The UK's health body has been heavily criticised after an error with Microsoft Excel spreadsheets used to track coronavirus test caused thousands of results to be lost.
Around 16,000 coronavirus tests are thought to have been misplaced by Public Health England, playing havoc with official figures and contact tracing efforts.
As a result of the blunder, tens of thousands of people that came into contact with coronavirus sufferers were not warned immediately, heightening the likelihood that others were infected unnecessarily by asymptomatic carriers.
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The incident meant official infection figures reported on September 30 should have been 3,049 greater, figures on October 1 were undersold by a further 4,133 and on October 2 by 4,786.
The original numbers reported appeared to suggest the recent rise in UK coronavirus diagnoses was tapering off, which could well have had an impact on the government’s pandemic response.
After the error was discovered, the 16,000 missing results were added to the official records and the details handed over to the team responsible for contact tracing, who are now handling a vast backlog.
Microsoft Excel spreadsheet error
The culprit appears to have been outdated Microsoft Excel software which was simply unable to keep track of all the incoming results.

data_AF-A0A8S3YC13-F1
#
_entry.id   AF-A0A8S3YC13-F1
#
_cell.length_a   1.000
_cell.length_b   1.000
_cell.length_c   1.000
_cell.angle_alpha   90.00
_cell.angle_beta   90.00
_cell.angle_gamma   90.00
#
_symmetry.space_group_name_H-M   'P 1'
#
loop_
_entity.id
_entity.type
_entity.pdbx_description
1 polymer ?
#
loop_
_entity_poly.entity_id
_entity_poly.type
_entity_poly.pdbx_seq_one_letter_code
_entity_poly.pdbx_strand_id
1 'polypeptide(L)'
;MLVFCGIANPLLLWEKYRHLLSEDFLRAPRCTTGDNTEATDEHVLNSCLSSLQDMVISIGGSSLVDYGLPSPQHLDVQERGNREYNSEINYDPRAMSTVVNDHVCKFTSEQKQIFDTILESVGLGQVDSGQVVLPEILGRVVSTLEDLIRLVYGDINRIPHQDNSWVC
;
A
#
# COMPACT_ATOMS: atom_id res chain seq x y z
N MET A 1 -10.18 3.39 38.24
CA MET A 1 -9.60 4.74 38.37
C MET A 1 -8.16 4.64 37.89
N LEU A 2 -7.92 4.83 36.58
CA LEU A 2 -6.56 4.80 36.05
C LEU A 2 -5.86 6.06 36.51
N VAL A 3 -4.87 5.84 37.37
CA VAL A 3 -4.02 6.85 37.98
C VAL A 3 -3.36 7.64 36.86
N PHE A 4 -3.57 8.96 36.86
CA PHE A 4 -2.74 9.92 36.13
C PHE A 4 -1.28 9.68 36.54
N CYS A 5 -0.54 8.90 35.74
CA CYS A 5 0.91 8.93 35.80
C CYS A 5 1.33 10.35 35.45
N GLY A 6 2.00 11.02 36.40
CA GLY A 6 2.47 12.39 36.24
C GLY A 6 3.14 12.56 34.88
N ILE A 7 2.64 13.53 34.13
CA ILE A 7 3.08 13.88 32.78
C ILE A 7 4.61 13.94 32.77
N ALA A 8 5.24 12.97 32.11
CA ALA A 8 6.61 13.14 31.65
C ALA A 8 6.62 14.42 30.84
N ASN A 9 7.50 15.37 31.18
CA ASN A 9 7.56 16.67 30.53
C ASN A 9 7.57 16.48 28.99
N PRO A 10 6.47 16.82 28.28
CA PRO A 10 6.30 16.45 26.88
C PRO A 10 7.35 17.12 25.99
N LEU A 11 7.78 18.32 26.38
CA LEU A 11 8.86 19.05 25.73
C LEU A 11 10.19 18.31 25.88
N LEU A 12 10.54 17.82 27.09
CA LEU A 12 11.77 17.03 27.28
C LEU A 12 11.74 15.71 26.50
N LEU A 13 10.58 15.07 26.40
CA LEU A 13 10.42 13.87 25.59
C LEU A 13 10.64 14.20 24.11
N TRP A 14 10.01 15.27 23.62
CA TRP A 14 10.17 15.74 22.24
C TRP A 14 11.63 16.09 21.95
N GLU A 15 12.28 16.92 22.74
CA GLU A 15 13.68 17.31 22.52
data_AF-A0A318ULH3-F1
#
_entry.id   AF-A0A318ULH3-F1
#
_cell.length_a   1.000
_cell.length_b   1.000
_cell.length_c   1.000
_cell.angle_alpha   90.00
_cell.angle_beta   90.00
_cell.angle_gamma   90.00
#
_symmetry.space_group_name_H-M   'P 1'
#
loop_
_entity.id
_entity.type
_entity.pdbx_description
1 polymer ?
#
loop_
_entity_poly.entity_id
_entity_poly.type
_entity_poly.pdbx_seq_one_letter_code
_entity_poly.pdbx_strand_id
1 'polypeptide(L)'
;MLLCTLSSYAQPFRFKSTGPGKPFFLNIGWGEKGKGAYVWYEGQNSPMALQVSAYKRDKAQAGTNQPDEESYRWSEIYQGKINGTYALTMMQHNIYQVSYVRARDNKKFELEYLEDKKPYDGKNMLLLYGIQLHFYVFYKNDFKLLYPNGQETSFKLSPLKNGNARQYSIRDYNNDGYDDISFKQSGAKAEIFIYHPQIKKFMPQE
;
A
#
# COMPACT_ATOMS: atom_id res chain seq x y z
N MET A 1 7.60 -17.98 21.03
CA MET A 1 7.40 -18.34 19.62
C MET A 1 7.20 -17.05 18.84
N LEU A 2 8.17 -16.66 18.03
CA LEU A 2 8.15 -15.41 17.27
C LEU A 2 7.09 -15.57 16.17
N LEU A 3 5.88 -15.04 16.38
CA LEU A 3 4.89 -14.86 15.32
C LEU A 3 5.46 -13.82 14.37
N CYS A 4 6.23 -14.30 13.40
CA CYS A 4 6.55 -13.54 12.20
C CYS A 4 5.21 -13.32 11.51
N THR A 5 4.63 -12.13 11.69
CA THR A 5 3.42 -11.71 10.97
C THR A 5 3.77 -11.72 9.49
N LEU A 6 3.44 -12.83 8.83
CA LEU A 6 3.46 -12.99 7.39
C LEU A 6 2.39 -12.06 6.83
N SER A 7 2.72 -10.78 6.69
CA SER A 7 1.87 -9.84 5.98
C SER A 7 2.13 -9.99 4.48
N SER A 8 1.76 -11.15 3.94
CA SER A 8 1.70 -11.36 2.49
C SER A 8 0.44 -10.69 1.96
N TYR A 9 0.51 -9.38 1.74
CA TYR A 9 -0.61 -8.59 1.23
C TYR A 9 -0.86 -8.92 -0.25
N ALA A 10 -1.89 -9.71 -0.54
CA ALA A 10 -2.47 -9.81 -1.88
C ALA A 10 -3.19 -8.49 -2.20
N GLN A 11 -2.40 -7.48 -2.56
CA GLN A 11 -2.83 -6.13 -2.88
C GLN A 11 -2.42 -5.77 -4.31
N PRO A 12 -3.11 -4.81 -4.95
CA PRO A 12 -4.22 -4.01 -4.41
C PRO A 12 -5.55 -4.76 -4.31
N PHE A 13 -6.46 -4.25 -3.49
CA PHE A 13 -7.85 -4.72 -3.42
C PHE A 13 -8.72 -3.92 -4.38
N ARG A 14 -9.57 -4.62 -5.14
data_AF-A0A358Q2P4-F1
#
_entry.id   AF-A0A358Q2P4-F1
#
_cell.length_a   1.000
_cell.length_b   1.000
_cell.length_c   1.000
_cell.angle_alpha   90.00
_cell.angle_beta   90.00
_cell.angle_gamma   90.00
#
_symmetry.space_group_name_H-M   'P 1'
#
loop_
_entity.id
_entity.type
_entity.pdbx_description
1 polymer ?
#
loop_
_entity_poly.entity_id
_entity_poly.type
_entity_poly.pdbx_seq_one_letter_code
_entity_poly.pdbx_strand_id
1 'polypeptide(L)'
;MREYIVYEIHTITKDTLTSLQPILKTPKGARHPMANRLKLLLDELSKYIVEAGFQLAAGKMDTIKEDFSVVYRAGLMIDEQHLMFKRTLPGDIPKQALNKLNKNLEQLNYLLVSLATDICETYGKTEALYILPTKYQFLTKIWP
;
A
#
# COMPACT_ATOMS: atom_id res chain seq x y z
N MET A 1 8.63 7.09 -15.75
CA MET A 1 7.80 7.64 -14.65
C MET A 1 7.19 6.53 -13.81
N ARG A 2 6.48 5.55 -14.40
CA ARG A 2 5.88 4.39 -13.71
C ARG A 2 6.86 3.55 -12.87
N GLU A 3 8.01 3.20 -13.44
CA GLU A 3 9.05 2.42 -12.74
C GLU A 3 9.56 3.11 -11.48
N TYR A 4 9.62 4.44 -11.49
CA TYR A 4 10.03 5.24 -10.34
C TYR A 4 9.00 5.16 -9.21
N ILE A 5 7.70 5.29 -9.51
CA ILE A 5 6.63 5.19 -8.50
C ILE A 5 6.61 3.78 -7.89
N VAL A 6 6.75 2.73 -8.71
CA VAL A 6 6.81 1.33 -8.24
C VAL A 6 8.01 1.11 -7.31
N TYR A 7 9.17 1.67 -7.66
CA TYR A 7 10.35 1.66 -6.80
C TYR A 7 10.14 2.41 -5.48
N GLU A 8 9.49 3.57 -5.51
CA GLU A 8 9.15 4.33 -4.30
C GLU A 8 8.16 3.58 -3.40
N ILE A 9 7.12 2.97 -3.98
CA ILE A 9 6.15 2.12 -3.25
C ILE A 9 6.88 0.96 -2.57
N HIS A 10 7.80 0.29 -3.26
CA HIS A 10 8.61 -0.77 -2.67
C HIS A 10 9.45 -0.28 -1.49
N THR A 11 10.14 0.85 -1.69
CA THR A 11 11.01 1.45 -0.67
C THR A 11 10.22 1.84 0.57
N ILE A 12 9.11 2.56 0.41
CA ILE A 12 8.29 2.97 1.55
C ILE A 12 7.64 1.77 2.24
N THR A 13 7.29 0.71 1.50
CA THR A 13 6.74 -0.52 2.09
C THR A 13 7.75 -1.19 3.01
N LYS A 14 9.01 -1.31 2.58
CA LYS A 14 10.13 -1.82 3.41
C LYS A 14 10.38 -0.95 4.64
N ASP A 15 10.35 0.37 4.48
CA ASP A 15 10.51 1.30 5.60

Although the maximum number of rows per Excel file sits at more than one million, it appears the system stored each test result in a new column instead (which max out at roughly 16,000 per file). This is thought to have been down to the use of older versions of Excel, which store far less columns in its .xls files than newer versions with their .xlsx format.
The files used to record positive coronavirus results have reportedly been divided into multiple smaller files to prevent a recurrence of the same issue.
Public Health England is yet to provide further clarification, but has released a statement suggesting that “further robust measures have been put in place”.
Matt Hancock, Secretary of State for Health and Social Care, criticsed PHE for using "legacy software", saying that the error "should never have happened".
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Via The Telegraph